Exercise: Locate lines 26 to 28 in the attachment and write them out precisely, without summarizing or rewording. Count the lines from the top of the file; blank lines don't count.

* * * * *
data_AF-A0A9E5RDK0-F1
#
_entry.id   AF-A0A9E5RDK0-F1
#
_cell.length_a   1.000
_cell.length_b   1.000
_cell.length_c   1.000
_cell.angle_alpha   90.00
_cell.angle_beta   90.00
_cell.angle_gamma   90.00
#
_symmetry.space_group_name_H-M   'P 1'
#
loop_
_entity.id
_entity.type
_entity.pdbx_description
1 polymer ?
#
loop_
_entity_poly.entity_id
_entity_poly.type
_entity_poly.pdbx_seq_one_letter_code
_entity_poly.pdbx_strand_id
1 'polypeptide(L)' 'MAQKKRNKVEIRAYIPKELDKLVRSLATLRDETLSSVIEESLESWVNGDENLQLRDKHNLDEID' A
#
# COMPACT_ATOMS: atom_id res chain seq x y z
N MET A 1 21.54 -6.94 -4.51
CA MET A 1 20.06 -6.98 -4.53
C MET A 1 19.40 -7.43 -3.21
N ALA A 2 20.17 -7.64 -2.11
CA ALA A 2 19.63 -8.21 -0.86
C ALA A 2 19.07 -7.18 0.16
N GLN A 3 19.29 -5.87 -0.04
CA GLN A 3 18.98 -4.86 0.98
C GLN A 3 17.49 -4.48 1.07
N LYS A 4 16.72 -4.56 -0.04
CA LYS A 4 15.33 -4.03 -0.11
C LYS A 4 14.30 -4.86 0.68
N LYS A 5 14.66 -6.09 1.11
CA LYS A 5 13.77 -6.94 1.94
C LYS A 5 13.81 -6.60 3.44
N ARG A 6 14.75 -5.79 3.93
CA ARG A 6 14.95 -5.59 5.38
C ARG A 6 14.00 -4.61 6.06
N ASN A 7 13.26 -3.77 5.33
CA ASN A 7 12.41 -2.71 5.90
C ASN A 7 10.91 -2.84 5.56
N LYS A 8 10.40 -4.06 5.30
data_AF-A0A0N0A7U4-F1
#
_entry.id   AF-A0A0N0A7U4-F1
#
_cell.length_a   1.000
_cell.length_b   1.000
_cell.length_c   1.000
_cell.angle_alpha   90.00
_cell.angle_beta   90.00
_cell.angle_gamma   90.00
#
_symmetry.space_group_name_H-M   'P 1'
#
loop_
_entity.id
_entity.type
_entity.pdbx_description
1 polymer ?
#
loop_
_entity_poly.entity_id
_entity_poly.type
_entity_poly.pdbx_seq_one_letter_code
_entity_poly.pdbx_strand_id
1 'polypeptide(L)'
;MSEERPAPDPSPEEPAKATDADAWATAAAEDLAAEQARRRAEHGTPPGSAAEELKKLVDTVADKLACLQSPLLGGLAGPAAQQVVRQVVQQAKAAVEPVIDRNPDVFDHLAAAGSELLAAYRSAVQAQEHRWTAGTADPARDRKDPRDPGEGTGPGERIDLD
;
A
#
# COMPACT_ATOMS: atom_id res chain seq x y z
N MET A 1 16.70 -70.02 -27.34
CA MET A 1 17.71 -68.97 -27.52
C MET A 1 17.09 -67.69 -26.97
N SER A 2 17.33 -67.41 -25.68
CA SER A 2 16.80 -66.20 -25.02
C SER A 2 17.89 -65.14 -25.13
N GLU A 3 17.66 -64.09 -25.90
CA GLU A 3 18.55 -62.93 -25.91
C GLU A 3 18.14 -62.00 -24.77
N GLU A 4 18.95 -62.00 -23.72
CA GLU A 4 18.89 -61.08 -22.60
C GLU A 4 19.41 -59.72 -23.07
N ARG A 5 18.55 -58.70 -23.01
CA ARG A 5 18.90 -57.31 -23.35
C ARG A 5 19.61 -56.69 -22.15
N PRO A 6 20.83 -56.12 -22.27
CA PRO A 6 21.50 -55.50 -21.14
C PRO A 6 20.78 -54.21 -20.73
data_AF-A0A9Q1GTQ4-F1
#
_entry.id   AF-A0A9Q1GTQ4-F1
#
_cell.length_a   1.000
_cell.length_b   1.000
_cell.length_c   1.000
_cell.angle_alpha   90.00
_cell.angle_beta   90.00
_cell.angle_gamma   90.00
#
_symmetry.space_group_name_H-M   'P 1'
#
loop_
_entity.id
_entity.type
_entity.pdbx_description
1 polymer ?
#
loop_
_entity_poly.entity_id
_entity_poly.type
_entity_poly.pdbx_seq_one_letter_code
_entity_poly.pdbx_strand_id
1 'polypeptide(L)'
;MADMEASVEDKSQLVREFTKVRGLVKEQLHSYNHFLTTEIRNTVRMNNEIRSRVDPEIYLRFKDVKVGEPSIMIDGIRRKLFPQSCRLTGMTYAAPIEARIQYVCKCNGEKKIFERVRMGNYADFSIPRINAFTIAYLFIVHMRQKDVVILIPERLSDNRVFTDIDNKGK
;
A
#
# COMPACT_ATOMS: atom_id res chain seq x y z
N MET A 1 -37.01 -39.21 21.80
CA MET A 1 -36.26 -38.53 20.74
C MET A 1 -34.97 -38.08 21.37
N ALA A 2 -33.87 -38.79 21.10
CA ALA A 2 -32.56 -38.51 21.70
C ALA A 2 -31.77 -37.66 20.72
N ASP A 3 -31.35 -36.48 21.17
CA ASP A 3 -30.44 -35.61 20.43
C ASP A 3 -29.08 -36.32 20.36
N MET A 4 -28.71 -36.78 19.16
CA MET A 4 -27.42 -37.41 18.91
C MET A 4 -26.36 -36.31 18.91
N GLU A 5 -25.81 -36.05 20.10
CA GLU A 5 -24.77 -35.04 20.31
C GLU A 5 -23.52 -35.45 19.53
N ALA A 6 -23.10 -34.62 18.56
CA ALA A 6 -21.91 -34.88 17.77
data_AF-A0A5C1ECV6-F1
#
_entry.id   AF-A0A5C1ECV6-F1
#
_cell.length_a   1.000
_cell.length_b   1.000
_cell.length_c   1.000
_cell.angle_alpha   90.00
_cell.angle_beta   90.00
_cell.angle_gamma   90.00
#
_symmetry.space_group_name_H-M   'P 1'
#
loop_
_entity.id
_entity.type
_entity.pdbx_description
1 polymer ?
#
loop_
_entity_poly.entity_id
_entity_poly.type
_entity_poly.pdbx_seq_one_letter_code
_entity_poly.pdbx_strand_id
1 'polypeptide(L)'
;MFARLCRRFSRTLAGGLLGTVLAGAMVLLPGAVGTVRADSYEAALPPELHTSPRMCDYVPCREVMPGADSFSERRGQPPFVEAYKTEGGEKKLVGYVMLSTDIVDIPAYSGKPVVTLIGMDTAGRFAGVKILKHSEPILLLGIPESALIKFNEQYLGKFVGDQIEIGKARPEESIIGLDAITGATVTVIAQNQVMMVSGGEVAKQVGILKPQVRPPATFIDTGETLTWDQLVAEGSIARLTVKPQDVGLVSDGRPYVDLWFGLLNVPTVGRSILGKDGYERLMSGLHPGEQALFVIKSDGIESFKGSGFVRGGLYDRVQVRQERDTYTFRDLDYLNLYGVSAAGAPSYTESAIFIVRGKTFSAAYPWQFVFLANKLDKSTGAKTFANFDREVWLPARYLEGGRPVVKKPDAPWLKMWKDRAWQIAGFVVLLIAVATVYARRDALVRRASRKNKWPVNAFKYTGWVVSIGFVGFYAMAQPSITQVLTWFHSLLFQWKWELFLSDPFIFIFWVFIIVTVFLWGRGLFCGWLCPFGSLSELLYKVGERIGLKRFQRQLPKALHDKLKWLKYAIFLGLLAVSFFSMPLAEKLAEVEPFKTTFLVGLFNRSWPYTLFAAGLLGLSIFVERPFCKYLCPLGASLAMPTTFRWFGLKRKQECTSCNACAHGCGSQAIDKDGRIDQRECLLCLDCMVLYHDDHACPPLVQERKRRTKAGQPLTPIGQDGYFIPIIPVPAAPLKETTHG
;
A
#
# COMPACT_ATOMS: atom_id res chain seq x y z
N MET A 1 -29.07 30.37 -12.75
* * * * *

#
# COMPACT_ATOMS: atom_id res chain seq x y z
N MET A 1 21.54 -6.94 -4.51